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#curiosity

BVT News Roundup 10 January 2014.

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In findings that are as scientifically significant as they are crushing to the popular imagination, NASA reported Thursday that its Mars rover, Curiosity, which has been trundling across the red planet for a little over a year, has deflated hopes that life could be thriving on Mars today.

The conclusion, published in the journal Science, comes from the fact that Curiosity has been looking for methane, a gas that is considered a possible calling card of microbes, and has so far found none of it. While the absence of methane does not entirely preclude the possibility of present-day life on Mars, it does return the idea to the realm of pure speculation without any hopeful data to back it up.

“You don’t have direct evidence that there is microbial process going on,” as Sushil K. Atreya, a professor of atmospheric and space science at the University of Michigan and a member of the science team, put it.

The history of human fascination with the possibility of life on Mars is rich, encompassing myriad works of science fiction, Percival Lowell’s quixotic efforts to map what turned out to be imaginary canals, Orson Welles’ panic-inducing 1938 “Attack by Mars” radio play, and of course Bugs Bunny’s nemesis Marvin the Martian.

But NASA scientists are going strictly by their data, and they are having none of it. Asked the same question once posed by David Bowie — “Is there life on Mars?” — John Grotzinger, the project scientist for the Curiosity mission, would only go so far as to say that the lack of methane “discounts” the possibility of living creatures going about their business on Mars.

“It does diminish the argument that there are methanogenic organisms there,” Dr. Grotzinger said.

A decade ago, observations from telescopes on Earth and a spacecraft orbiting Mars suggested that vast plumes of methane were rising from certain regions, but Curiosity’s readings now bring the earlier claims into question.

“It just isn’t there,” said Dr. Atreya, referring to methane.

The New York Times, "Mars Rover Comes Up Empty In Search for Methane"

NOT BRUNO MARS  NASA’s Mars rover Curiosity is pictured in this self-portrait, stitched together from dozens of photos taken by the rover’s Mars Hand Lens Imager (MAHLI). Curiosity is atop a flat outcrop called John Klein, which will serve as the first site for the rover’s rock-drilling activities.  (Photo: NASA via The Telegraph)

NOT BRUNO MARS  NASA’s Mars rover Curiosity is pictured in this self-portrait, stitched together from dozens of photos taken by the rover’s Mars Hand Lens Imager (MAHLI). Curiosity is atop a flat outcrop called John Klein, which will serve as the first site for the rover’s rock-drilling activities.  (Photo: NASA via The Telegraph)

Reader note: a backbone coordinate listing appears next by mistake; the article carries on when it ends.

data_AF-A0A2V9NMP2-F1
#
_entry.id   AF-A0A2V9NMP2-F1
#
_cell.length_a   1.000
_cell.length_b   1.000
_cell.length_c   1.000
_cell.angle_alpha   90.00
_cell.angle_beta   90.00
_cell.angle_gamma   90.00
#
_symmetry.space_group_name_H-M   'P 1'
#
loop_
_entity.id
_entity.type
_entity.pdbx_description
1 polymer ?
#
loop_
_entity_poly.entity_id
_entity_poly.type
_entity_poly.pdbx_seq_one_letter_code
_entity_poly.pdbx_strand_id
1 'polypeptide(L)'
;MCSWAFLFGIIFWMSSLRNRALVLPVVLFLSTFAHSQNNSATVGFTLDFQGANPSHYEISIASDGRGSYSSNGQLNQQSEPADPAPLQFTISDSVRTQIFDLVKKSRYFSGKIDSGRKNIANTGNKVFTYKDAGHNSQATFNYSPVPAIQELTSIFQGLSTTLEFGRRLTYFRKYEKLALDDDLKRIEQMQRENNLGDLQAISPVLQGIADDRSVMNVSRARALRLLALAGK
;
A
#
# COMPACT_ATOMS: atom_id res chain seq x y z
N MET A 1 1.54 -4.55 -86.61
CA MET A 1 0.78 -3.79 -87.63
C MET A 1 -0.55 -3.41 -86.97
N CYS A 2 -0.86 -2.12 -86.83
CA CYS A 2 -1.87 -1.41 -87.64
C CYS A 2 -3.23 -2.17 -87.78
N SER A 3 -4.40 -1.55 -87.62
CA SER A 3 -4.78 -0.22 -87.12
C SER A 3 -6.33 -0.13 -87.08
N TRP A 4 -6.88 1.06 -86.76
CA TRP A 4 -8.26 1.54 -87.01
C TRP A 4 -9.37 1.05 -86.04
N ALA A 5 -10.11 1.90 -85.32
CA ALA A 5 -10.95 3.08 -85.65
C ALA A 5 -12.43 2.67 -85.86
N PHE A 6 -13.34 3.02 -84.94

SEA OF TRANQUILITY  A panoramic image of Point Lake on Mars, taken by the NASA rover Curiosity in November.  (via NASA APOD)

SEA OF TRANQUILITY  A panoramic image of Point Lake on Mars, taken by the NASA rover Curiosity in November.  (via NASA APOD)

NatGeo:

Mars Rover Finds Intriguing New Evidence of Water
Unexpected mineral finds prompt scientists to decide to drill.
The first drill sample ever collected on Mars will come from a rockbed shot through with unexpected veins of what appears to be the mineral gypsum.
Delighted members of the Curiosity science team announced Tuesday that the rover was now in a virtual “candy store” of scientific targets—the lowest point of Gale Crater, called Yellowknife Bay, is filled with many different materials that could have been created only in the presence of water. (Related:“Mars Has ‘Oceans’ of Water Inside?”)
Project scientist John Grotzinger, of the California Institute of Technology in Pasadena, said during a press conference that the drill area has turned out “to be jackpot unit. Every place we drive exposes fractures and vein fills.”
Mission scientists initially decided to visit the depression, a third of a mile from Curiosity’s landing site, on a brief detour before heading to the large mountain at the middle of Gale Crater. But because of the richness of their recent finds, Grotzinger said it may be some months before they begin their trek to Mount Sharp.
The drilling, expected to start this month, will dig five holes about two inches (five centimeters) into bedrock the size of a throw rug and then feed the powder created to the rover’s two chemistry labs for analysis.
A Watery Past?
That now desiccated Mars once had a significant amount of surface water is now generally accepted, but every new discovery of when and where water was present is considered highly significant. The presence of surface water in its many possible forms—as a running stream, as a still lake, as ground water soaked into the Martian soil—all add to an increased possibility that the planet was once habitable. (Watch a video about searching for life on Mars.)